Beauty in proportioning plays an important, almost a major, role in modern furniture design. Modern design has been defined as simple in appearance, with much of its charm resting in the finest of proportionate relationships.

Proportion means comparative relationships of one thing to another. Applying this to volume, it refers to the relationship of all sides to each other and all spaces and masses within the volume. Proportioning even goes a step beyond the volume; it includes the integration of the volume with the remaining volumes in the room, a point developed under Unit Planning in Chapter Eleven, page 131.

Linear Relationships

Proportionate relationships may be expressed either by geometric or arithmetical terminology. For example, suppose we say of a line, "It is one inch long." We cannot judge its proportions, for there is nothing with which it can be compared; but, by placing near it another line two inches

Figure 26. Linear Relations long, as in Figure 26, A, there has been established a basis of comparison. Ratio (meaning the relationship or proportion of one thing to another) of these lines is expressed arithmetically as 1 to 2; while two lines 150 and 300 millimeters long respectively or any other pairs of comparable length, would be expressed by the same ratio.

But what are the characteristics by which these good proportions to which we have referred are judged? Study the lines of Figure 26, A, for subtlety and variety. Variety means intermixture or succession of different things, while subtlety refers to delicately adjusted and refined relations. Is there anything indicating delicate adjustment in two lines, one of which is twice as long as the other? The answer is obvious: the proportionate relationships between these lines is lacking in subtlety and variety; or, in other words, they are monotonous.

Now compare the relationships between the lines of Figure 26, B, and apply the same tests. Easily we determine the fact that there is too much variety and little delicacy. Compare B and C, Figure 26. Which have the better proportionate relationships? Usually any relationship easily solved by eye measurement alone is disliked as lacking in subtlety and variety, as is the case of the 1 to 2 ratio.

The static square has no subtlety and variety, and yet modern designers have found for it occasional use, particularly to reduce the activity of a lively design, and to produce a resting point.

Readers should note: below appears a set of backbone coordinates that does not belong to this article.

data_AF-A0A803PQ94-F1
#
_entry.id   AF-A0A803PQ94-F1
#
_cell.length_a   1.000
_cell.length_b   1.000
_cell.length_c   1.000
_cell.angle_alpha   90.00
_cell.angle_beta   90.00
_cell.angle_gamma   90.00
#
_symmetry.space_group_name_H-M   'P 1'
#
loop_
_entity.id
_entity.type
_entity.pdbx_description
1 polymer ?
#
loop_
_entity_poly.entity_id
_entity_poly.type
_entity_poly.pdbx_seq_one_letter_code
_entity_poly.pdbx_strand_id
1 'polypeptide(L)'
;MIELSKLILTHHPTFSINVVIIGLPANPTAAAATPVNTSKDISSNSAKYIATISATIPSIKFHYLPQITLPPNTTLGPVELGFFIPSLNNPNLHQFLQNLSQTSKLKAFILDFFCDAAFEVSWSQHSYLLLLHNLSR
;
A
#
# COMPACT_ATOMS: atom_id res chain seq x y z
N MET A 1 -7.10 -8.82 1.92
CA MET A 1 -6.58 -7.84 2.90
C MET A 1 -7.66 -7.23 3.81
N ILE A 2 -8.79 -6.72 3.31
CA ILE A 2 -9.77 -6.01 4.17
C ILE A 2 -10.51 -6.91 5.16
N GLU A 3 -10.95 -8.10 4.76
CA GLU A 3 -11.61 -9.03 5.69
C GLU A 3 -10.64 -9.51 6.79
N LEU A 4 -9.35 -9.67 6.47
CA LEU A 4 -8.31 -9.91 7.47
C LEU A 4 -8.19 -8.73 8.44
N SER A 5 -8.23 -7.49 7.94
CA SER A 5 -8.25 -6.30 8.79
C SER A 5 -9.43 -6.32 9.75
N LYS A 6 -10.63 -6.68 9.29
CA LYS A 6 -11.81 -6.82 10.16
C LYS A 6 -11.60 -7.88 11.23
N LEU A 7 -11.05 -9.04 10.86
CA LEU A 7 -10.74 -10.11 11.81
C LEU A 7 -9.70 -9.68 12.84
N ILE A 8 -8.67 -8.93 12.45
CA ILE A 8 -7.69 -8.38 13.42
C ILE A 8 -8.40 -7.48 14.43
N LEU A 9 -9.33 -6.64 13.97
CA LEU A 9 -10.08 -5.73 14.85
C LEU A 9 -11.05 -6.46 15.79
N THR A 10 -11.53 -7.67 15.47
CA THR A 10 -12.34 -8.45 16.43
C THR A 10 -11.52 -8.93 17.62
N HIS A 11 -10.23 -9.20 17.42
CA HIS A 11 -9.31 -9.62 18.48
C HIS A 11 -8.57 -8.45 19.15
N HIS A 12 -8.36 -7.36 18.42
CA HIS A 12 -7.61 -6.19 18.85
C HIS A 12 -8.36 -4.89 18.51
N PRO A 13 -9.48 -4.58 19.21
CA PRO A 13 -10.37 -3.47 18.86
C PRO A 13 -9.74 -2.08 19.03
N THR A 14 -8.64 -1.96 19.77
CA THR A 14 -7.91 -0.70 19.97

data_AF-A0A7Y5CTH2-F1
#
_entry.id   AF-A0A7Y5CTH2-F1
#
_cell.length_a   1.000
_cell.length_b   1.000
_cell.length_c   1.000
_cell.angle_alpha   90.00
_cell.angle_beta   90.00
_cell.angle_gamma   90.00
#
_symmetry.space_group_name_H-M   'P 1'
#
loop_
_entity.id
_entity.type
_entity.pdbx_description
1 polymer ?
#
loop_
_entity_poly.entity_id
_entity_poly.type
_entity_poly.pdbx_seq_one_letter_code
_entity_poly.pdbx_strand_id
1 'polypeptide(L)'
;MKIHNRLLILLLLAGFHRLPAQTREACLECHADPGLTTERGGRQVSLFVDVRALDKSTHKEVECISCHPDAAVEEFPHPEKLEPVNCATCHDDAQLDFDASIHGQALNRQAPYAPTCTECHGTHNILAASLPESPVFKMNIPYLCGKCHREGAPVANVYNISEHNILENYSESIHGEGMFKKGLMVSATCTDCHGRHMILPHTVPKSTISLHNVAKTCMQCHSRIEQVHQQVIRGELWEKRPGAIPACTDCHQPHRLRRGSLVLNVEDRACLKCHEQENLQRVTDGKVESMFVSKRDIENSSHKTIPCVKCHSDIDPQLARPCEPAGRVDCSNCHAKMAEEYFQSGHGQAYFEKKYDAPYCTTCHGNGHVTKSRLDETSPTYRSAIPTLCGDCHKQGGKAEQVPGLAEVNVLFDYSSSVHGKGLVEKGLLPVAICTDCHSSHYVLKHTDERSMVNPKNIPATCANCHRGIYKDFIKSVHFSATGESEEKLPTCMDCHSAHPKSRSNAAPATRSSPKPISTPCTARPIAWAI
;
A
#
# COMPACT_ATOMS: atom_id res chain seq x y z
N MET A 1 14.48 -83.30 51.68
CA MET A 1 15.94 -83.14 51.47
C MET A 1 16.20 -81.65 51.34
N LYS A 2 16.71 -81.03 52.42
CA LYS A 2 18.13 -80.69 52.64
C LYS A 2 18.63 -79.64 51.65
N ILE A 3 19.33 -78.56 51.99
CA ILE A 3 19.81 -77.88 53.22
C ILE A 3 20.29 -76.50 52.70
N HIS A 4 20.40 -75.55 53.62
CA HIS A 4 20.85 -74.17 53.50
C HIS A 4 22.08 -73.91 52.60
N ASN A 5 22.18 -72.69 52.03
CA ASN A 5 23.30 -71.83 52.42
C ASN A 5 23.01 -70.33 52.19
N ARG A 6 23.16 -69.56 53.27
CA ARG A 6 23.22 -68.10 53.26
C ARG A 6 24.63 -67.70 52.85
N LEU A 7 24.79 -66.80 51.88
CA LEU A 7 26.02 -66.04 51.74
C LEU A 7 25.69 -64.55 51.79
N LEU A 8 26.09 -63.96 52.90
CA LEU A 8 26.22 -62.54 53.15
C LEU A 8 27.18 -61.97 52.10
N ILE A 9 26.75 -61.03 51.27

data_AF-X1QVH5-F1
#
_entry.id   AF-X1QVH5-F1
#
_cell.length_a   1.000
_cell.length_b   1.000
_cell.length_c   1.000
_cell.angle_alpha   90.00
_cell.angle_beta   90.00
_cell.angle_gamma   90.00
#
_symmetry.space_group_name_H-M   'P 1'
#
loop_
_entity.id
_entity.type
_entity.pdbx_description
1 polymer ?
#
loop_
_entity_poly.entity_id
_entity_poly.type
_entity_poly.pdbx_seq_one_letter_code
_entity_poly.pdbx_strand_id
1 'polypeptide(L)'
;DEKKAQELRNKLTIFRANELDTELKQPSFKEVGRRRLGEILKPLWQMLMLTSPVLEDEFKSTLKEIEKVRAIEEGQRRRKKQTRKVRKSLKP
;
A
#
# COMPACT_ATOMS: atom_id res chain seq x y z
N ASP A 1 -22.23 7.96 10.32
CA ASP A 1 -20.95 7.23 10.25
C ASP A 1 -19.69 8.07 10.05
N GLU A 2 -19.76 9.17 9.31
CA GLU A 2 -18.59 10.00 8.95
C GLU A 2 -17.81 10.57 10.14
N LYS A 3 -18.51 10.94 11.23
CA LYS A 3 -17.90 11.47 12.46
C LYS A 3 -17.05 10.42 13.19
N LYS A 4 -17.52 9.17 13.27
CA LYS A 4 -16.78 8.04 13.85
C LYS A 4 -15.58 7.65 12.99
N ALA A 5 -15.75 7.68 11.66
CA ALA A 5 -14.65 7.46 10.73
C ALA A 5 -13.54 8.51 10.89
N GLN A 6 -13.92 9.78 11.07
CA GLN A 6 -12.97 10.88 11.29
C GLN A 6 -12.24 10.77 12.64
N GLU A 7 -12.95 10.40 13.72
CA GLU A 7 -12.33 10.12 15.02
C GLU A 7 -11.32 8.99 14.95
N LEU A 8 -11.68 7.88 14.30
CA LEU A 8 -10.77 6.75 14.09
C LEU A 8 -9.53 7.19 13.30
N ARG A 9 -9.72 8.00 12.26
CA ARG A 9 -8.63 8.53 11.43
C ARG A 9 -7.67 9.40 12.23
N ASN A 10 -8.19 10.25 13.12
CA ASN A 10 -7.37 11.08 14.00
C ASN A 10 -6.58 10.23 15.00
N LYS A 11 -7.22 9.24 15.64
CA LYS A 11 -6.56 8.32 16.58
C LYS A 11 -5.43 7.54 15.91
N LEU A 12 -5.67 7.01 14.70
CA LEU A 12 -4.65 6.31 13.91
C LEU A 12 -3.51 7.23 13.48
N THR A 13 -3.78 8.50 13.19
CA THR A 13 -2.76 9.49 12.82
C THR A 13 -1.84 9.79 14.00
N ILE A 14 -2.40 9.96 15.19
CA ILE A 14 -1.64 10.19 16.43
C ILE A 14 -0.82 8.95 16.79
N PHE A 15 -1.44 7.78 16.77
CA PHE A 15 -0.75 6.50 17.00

The ratios so far considered are termed "linear/' referring as they do to line relationships. A rule-of-thumb method of checking subtlety is to divide the length of the lesser line into that of the greater. If the quotient is a whole number, as 300 -T- 75 = 4, the relationship is pretty sure to be unsatisfactory. A quotient of 1.61+ is one of the very best ratios we have. If the quotient is near a whole number, as 3.02 or 1.98, the proportionate relationship is characterless and indefinite and lacks decision, while incommensurate quotients are to be preferred to commensurate figures.

Proportionate Areas

Linear proportions are comparatively simple to judge, particularly if one is sensitive to the aesthetic qualities in these matters. With practice, ability to judge planes and volumes will become easier. Look at the two rectangles of Figure 27. Which do you prefer? Which is more dynamic?

While the relationships of planes as well as lines may be expressed by arithmetical terms, as 5 to 8, the relation of width to height, or the static 1 to 1, it is becoming common practice to let one term stand for a particular plane or area. This term is determined by dividing the lesser dimension of the plane into the greater. An example of this would be a plane measuring 100 millimeters by 100 millimeters: the quotient is one and this then always stands for a square.

Figure 27. Judgment of Proportionate Areas

An area measuring 100 millimeters by 150 millimeters or 1.5 would be a square and a half, with proportions of 1 and i .5, indicating little subtlety or variety and consequently not pleasing as interpretations of beautiful proportions.

Contrasting with these proportions are two areas measuring 100 millimeters by 141+ millimeters, or an area of 100 millimeters by 161.8 millimeters. The ratios of both are respectively 1.41+ and 1.618, both ratios expressing extreme subtlety and beauty with no equal divisions of the square in them, as can be seen in Figure 27a. Compare these areas with the square of Figure 27. While these examples have been illustrated by the metric system (by far the simplest system for studying proportionate relationships), tests may be applied equally well to feet and inches by reducing fractions of inches to decimals. Thus, an area measuring three and one-eighth inches by six and five-eighths inches has a ratio of 2.12+.

As in this text we are dealing with creative expression, it is best to use your own taste in planning proportions, as shown in Method Two, page 32, and then checking results by the arithmetical process suggested in the preceding paragraphs. It is true, however, that many individuals do not have a fine sense of discrimination in proportionate relationships, or are in need of intensive training leading to

acute judgment. For these individuals, the following sections have been inserted.

Justification for a Systematic Proportionate Approach

Further justification for the following approach to proportioning rests in the strong, aesthetic appeal found in arithmetical and geometric factors. Running through modern and Greek design, one discovers a distinct system of orderly proportioning by which pleasing and beautiful results are possible.

In many epochs, poets and philosophers have referred to the orderly beauty of geometric patterns; while the summa-